For those of you that do not know, I was a gymnastics coach for 20 years. I coached men and women’s Special Olympics for the last 12 years of that period. As the Virginia Men’s head coach I was honored to have two of my students make it all the way to the “World Games”.
It was at my first “Special Olympic World Games” I met Mrs. Shriver. My student was a young boy, “Bobby Vasquez”, who had more control of his body then most Special Olympians, so much so that he also competed with the club level students in the gym. Unknown to me Mrs. Shriver was paying close attention to Bobby. He was graceful, talented, and extremely flexible. During his floor routine Bobby made an uncharacteristic mistake. As he walked off the floor Mrs. Shriver could tell that Bobby was very down on himself. She came out from the stands and down to the floor to talk to Bobby and help lift his spirits. She told Bobby that she had been watching him and thought he was a great gymnast and it was a pleasure to watch him. She continued to talk to him for a while. Bobby went on to do well on the last two events that day and won the Rings World Championship the next day.
I found Mrs. Shriver to be kind, loving, and giving from her heart. For her to take time to pay attention to just one student showed me her true heart. This was just who she was. Mrs. Shriver was always a hands on, one on one, person. Even into Her 70’s Mrs. Shriver remained a daily presence in the Special Olympics and it’s home office in D.C. She often talked about the satisfaction one gets working with Special Olympians.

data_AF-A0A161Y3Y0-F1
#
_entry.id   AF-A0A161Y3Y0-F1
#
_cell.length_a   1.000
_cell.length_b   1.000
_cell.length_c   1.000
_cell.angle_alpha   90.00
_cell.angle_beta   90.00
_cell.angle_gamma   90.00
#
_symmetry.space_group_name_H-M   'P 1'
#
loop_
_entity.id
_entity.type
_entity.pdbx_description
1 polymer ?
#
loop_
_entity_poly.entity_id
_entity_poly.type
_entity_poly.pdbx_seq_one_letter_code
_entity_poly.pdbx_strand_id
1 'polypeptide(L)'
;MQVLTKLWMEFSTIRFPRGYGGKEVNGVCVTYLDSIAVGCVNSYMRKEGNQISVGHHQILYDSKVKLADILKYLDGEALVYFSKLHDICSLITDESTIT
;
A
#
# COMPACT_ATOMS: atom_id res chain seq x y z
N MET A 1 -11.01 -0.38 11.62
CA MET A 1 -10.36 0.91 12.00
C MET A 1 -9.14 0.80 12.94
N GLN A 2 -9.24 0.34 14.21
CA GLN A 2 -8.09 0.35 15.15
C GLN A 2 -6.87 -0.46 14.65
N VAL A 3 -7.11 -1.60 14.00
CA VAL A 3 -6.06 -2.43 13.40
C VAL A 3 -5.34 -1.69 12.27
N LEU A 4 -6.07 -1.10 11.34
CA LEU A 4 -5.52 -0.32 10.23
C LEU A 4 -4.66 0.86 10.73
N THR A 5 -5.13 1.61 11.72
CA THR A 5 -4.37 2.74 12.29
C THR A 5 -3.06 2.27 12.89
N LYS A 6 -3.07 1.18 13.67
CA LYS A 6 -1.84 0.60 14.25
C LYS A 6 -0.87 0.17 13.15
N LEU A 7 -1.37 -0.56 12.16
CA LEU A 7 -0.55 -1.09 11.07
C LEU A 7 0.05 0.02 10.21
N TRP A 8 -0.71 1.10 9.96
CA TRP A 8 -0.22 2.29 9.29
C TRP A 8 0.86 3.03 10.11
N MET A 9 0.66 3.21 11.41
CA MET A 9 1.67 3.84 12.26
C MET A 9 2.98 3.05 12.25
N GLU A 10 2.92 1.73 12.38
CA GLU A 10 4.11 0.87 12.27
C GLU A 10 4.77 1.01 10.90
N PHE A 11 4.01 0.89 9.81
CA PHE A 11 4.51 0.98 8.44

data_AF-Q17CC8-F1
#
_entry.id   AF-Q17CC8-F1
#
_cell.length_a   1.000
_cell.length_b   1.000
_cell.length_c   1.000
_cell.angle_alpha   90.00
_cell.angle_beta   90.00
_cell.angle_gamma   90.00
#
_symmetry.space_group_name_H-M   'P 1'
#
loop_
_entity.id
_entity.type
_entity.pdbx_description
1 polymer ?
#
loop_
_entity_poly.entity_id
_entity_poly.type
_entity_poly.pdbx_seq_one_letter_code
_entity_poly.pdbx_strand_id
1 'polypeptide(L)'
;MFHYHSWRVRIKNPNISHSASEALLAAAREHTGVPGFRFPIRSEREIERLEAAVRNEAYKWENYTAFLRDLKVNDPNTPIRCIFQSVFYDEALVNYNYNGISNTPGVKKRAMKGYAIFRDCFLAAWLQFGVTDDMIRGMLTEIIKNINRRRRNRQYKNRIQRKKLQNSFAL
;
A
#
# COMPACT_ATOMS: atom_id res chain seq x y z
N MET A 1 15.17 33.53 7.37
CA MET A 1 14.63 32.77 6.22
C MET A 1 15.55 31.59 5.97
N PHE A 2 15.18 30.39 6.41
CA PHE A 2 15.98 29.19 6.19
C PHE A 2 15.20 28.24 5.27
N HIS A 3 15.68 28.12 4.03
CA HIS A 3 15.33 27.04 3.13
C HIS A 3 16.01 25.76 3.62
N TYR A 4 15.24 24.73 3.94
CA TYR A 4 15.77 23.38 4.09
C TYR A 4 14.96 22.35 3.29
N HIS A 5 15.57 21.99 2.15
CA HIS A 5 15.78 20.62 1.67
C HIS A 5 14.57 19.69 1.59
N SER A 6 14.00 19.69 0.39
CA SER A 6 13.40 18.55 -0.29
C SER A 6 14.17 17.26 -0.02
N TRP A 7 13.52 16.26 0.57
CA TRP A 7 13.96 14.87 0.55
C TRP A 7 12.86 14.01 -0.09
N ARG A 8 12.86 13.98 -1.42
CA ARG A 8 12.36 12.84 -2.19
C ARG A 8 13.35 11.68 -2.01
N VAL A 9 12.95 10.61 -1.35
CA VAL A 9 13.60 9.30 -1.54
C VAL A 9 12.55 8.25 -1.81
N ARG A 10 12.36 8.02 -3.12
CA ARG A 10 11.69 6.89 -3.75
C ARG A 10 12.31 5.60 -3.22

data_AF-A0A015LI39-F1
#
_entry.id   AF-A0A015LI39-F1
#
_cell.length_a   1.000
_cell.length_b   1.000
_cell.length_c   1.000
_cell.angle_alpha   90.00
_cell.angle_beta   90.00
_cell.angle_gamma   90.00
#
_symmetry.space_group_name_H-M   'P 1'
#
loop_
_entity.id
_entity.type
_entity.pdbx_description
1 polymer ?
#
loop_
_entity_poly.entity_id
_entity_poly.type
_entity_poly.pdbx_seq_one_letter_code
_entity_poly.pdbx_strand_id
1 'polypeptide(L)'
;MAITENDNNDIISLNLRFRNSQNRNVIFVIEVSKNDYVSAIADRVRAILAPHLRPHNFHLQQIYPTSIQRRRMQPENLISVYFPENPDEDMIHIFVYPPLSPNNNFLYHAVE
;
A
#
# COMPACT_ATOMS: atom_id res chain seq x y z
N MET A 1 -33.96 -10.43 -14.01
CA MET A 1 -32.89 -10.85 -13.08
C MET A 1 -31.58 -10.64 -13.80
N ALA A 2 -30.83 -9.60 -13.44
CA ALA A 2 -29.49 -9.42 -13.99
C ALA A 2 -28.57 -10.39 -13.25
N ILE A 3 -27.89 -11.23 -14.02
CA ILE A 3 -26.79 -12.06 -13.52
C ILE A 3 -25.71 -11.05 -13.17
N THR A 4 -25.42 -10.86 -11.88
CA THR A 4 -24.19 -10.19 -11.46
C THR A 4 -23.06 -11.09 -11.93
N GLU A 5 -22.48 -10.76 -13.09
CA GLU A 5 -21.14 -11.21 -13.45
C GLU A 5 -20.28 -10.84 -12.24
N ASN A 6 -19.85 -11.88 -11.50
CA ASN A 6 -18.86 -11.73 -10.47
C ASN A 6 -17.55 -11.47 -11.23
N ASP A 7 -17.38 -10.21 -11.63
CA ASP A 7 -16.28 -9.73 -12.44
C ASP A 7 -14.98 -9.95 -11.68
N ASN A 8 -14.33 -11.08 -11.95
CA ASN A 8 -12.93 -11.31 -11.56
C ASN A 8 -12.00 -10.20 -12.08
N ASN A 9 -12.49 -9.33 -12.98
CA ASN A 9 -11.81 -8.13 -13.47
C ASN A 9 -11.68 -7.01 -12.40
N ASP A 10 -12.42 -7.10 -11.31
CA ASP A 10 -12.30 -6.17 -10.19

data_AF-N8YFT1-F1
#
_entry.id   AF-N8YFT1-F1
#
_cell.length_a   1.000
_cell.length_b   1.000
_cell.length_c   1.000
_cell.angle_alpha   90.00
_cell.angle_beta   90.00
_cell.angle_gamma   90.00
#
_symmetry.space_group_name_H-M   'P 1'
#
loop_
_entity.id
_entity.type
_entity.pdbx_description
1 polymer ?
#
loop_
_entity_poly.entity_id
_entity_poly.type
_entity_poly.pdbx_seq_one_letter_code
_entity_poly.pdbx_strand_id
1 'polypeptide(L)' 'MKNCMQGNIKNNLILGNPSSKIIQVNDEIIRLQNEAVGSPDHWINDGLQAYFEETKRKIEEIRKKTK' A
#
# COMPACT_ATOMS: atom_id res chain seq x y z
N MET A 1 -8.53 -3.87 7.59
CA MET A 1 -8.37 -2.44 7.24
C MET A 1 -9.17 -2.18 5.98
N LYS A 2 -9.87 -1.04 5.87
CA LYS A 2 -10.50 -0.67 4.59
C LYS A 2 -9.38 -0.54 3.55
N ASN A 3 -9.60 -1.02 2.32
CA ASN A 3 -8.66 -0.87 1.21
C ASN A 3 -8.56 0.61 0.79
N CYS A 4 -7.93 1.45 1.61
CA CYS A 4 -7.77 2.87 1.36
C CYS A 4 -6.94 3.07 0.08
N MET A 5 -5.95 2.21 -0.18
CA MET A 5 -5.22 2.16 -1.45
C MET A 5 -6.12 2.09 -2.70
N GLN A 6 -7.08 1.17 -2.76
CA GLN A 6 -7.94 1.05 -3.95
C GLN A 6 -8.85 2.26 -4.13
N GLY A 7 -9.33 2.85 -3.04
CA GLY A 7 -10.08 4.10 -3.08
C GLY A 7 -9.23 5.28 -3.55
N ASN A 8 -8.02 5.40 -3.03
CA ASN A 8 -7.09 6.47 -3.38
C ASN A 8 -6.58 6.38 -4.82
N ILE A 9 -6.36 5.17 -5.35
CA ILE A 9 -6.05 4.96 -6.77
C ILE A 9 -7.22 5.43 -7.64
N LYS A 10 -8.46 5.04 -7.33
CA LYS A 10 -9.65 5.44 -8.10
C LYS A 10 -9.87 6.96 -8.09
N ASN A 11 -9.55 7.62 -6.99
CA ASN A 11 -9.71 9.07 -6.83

I just wish that I had started coaching Special Olympics in the beginning vs. waiting as long as I did. Next to my wife, Infidel Granny, coaching Special Olympics was the most satisfying thing I’ve ever done. I owe that to Mrs. Shriver.
Called the moral compass of the Kennedy family, her strong belief that mentally handicapped people are more capable than was thought at the time led her to put together an athletic competition that is one of the largest sporting events in the world for over one million athletes. Mrs. Harrison Raine wrote, “When all the full judgment on the Kenney legacy is made, the changes made by Eunice Shriver may well be seen as the most consequential”.
The world needs more people who will stand up and be a champion for those who are weaker, smaller, or can’t defend or speak for themselves. Mrs. Shriver will be missed by many Special Olympians who called her friend, and by me as well.
As Always Thanks for being involved, Many Blessings, Shane
“Standing Strong” & “Closing Ranks”
and still in the “Hunt For Red November”